In the face of lawmaking efforts that one deems unnecessary, a familiar response is “You can’t legislate common sense.”
A few years ago, a New Jersey legislator used that phrase in response to a colleague’s proposed bill to ban bicyclists from using hand-held cell phones.
Back in the 1930s, famed cowboy performer and social commentator Will Rogers wrote, “You can’t legislate intelligence and common sense into people.”
Sure, lawmakers are known to get carried away from time to time. But with all due respect to Will Rogers and others who have expressed similar sentiments, sometimes you have to legislate common sense.
For example, it seems obvious that you should not drive a school bus (or a car, a boat, farm machinery, etc.) while intoxicated. Does that mean there’s no need for drunken-driving laws? Absolutely not. Even those who don’t see a problem with getting behind the wheel after pounding shots at the tavern can understand deterrents like hundreds of dollars in fines, loss of license and possible jail time.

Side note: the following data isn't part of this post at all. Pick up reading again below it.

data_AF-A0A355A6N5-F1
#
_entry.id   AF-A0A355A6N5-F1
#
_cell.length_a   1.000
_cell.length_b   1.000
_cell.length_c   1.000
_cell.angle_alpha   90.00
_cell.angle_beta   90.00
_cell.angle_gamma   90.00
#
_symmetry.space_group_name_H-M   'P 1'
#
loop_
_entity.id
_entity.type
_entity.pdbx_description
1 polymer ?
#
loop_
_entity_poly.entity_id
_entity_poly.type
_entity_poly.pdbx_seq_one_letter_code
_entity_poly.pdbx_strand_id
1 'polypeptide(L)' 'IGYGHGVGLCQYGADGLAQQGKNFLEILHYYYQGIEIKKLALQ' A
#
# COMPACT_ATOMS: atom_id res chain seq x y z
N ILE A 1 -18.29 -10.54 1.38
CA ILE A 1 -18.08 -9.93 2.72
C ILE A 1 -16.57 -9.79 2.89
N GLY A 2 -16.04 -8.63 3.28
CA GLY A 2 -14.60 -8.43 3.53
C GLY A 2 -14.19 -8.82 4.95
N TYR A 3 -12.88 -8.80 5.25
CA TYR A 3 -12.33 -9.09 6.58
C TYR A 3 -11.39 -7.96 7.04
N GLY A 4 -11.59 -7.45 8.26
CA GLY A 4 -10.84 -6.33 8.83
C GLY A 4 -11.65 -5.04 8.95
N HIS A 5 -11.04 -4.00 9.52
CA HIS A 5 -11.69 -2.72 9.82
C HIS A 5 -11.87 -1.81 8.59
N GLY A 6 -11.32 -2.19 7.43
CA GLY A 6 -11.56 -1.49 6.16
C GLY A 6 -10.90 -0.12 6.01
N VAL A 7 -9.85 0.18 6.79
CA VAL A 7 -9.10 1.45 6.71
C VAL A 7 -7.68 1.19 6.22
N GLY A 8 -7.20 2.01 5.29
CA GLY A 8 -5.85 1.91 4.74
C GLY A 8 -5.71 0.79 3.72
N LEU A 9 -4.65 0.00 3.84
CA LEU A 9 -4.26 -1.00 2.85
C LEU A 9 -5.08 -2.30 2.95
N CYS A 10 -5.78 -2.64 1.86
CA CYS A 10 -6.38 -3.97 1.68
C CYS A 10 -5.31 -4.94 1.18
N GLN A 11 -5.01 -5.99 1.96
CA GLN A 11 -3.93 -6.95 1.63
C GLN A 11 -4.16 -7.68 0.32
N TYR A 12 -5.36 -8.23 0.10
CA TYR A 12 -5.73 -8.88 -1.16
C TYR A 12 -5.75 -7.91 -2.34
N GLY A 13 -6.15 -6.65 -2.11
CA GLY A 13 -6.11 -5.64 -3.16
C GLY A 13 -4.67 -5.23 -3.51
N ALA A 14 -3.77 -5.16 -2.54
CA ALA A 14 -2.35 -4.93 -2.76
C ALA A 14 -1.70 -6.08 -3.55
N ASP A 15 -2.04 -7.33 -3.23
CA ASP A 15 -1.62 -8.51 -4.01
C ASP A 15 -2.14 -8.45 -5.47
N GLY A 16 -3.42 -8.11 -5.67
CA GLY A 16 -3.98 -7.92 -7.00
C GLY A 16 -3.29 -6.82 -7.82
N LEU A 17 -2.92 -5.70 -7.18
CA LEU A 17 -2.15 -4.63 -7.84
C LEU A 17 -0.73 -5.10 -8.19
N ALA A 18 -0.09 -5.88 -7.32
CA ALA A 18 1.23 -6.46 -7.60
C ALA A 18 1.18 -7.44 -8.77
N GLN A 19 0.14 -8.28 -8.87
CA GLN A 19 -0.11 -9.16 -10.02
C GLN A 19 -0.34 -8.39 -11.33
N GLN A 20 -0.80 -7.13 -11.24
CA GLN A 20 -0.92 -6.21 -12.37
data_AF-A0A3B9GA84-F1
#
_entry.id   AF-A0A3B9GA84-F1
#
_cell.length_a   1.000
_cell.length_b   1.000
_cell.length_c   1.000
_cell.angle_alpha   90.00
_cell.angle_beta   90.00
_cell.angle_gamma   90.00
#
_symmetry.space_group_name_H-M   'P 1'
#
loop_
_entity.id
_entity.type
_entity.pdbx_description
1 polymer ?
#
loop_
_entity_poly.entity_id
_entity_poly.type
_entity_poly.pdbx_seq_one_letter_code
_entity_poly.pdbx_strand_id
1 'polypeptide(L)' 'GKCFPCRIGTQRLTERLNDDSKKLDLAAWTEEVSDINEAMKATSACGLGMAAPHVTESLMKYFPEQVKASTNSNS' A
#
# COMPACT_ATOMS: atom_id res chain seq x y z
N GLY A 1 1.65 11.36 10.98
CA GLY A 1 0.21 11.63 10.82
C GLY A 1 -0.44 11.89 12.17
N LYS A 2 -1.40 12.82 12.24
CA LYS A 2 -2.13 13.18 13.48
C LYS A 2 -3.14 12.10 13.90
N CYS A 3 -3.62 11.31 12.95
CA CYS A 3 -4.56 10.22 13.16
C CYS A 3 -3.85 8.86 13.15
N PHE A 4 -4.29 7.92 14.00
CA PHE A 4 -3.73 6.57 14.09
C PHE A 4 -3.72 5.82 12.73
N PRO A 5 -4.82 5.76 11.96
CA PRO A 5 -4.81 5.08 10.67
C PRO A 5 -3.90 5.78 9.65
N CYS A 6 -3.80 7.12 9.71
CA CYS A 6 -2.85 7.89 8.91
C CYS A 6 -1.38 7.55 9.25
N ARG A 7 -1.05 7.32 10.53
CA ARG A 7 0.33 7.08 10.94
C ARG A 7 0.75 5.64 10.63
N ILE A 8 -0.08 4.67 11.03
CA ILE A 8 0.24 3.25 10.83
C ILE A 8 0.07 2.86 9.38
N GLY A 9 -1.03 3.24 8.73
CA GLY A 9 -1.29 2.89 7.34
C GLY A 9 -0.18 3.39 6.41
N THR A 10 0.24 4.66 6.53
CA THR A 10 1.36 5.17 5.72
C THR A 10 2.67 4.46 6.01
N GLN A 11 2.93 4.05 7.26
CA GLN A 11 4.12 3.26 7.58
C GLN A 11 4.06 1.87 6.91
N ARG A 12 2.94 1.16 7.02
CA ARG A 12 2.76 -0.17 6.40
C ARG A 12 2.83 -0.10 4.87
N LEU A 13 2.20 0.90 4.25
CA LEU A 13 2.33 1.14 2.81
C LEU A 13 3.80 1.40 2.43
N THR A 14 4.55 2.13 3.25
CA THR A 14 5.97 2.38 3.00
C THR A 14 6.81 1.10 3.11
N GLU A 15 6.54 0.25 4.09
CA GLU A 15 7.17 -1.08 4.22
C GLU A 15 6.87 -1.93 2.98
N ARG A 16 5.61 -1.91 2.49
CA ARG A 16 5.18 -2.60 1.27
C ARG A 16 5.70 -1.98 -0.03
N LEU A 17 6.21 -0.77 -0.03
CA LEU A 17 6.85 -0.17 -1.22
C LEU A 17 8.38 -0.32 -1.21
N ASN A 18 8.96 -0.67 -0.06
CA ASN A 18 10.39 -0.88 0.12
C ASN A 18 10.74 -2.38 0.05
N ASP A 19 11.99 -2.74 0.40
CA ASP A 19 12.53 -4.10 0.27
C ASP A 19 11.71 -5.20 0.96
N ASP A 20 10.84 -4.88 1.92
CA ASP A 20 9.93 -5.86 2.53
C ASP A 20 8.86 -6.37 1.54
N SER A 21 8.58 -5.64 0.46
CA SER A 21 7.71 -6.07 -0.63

Focus on distraction
Under the direction of Secretary Ray LaHood, the U.S. Department of Transportation (DOT) has made distracted driving a key target, apparently seeking to raise its urgency level closer to that of drunken driving. Since LaHood convened a national summit on the issue in September, the DOT has initiated a series of actions to combat distracted driving, with the focus being on use of cell phones.
In late January, the DOT unveiled a federal ban on texting for truck and bus drivers. However, the ban only applies to school bus drivers in limited cases: when they are covered by 49 CFR 390.17.